UDAY 2.0 –Sequel in policymaking

Picture Source: Ministry of Power (https://www.uday.gov.in/home.php)

Ministry of Power has just announced Ujjwal Discom Assurance Yojana (UDAY) 2.0 is under making. Like its predecessor, it is once again aimed at turning around operational & financial performance of distribution utilities in India. In film industry sequels to a hit movie is a common phenomenon, however their success again is depended on the script. It is early to say whether UDAY-I is a blockbuster or not (in terms of achieving its objective) but now UDAY II is on the floors. In this blog, I argue rather than providing ambitious targets in terms of tariff hike, in next five years Govt should focus on increasing quality & reliability of power. Once customers are accustomed to good quality power supply, they may not hesitate in paying actual tariffs

UDAY-I was launched by the Ministry of Power, Govt. of India on November 20, 2015, amidst much fanfare and hope that it will do what no other scheme could achieve i.e. bring about operational and financial turnaround in the State-owned Distribution Companies (DISCOMs). It was a tripartite agreement between the Central Govt. of India, State Govt. and State DISCOM whereby the respective state governments would take over 75% of the debt of the DISCOM’s in lieu of certain achievements to be made by the utilities. The two important achievements to be made by the end of FY 2018-19 were, a) reduction inAggregate Technical & Commercial loss (AT&C)to 15% and
b) reduction in gap between Average cost of supply (ACS) and Aggregate Revenue Required (ARR) to zero.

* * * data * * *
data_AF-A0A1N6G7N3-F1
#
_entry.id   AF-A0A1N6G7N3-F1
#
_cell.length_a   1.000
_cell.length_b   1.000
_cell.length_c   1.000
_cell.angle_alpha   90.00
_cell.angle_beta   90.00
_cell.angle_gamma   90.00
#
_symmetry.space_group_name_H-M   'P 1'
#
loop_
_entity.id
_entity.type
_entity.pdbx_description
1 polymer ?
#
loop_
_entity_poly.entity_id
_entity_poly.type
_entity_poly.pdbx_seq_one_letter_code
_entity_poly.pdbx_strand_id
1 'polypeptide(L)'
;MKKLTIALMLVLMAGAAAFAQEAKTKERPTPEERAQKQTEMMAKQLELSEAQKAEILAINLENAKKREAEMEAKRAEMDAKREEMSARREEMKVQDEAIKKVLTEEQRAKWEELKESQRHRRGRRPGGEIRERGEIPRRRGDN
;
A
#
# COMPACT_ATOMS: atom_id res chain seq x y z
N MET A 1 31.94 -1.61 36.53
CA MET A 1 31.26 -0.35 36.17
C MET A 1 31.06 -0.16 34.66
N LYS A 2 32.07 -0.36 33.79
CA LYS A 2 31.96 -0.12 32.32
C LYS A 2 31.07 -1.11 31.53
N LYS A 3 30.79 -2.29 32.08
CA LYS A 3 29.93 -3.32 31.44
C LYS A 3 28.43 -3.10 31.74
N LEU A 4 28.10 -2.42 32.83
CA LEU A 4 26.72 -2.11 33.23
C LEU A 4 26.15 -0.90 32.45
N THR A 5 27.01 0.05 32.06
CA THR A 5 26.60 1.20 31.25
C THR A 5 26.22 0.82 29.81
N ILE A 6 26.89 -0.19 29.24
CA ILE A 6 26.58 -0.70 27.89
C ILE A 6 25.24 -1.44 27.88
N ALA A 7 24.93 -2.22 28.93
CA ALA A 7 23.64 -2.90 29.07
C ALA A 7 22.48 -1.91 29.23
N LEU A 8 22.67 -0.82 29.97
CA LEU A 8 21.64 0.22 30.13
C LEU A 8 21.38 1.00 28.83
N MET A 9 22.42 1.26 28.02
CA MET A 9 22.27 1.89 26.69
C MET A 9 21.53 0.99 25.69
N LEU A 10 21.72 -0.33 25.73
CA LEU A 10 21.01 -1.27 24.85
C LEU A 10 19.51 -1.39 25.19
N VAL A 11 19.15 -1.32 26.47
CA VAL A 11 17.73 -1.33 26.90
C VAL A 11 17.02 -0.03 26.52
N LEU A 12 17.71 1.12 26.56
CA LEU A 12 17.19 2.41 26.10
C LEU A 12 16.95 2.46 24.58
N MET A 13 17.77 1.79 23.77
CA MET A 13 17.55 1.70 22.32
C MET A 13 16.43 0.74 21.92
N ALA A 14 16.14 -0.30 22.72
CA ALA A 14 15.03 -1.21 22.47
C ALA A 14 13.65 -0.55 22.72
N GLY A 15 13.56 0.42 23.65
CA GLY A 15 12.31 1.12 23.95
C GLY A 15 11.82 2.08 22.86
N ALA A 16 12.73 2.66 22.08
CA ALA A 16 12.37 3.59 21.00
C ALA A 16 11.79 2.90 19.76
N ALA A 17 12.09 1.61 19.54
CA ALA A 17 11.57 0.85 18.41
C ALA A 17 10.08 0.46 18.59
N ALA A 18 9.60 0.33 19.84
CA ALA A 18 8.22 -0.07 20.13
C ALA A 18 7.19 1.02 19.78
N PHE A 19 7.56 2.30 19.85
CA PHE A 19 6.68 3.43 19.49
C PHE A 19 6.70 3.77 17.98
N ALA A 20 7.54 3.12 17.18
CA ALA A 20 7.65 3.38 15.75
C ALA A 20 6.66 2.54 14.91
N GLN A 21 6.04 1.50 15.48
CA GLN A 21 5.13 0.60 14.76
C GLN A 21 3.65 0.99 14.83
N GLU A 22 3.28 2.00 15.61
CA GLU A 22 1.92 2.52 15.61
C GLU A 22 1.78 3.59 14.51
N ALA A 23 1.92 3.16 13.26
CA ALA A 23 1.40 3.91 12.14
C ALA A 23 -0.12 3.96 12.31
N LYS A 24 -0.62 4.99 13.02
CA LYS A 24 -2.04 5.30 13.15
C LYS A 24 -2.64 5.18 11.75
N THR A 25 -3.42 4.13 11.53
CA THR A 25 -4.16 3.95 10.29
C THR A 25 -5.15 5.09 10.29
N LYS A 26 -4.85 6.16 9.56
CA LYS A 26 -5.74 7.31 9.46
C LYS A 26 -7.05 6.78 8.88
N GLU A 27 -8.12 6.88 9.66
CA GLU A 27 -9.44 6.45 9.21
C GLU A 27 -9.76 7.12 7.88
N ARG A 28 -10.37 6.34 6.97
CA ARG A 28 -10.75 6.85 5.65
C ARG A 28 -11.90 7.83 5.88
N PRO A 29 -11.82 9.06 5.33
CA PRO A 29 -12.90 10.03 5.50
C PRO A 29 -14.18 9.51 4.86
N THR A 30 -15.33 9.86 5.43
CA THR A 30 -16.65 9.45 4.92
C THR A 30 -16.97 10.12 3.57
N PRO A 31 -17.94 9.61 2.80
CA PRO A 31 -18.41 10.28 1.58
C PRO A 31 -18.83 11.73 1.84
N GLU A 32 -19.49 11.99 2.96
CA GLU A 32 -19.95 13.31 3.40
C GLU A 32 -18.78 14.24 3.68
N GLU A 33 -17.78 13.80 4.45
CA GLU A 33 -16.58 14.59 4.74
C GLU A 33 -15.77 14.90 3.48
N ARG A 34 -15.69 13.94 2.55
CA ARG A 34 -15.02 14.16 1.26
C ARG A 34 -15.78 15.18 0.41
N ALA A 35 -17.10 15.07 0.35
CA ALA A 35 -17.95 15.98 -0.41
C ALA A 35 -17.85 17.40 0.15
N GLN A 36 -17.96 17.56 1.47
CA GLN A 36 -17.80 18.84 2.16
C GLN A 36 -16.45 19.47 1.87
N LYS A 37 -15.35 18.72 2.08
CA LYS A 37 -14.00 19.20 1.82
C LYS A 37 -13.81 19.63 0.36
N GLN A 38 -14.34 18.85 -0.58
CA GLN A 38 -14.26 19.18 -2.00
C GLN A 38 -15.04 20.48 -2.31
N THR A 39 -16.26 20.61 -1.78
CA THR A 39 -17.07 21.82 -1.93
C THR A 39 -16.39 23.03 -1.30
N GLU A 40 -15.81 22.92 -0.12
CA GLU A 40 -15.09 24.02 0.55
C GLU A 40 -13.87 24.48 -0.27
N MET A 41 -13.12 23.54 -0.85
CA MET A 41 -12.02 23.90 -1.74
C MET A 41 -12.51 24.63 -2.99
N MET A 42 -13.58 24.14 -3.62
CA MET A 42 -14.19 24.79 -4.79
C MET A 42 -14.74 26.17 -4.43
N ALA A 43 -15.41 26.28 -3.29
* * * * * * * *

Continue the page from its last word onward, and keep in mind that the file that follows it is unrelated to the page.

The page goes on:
Table 1: ARR-ACS Gap for the FY 2018-19 (INR/Unit)


Source: UDAY portal (www.uday.gov.in)

[1] States like AP, Bihar & Rajasthan have signed MoU for each of their DISCOMs
[2] Negative indicates recovery from tariff would be more than the cost incurred

The above table shows data for ten states from UDAY portal (www.uday.gov.in). Only three states out of ten have managed to ensure that the gap between ACS and ARR is zero. In fact, in these three states gap is negative indicating DISCOMs revenue are higher than the cost. However, one should keep in mind that the number in ‘Actual’ column for FY 2018-19 indicate tariff determined based on certain projections (like sales and power purchase cost etc.) andfinals results would only be found out while truing-up (reconciliation) exercise for FY 2018-19 is taken up (should be done while determining tariff for FY 2020-21).
Seven out of ten states not meeting their target of reducing ACS-ARR gap should not be surprising considering tariff hike is still a political matter in India.As a thumb rule no tariff increase takes place in the states in the year of elections, for example, even though Madhya Pradesh and Chhattisgarh agreed to undertake tariff increase of 3% and 5% respectively in FY 2018-19, no increase happened in Madhya Pradesh and tariff was reduced by 3% in Chhattisgarhin the same year as elections were due.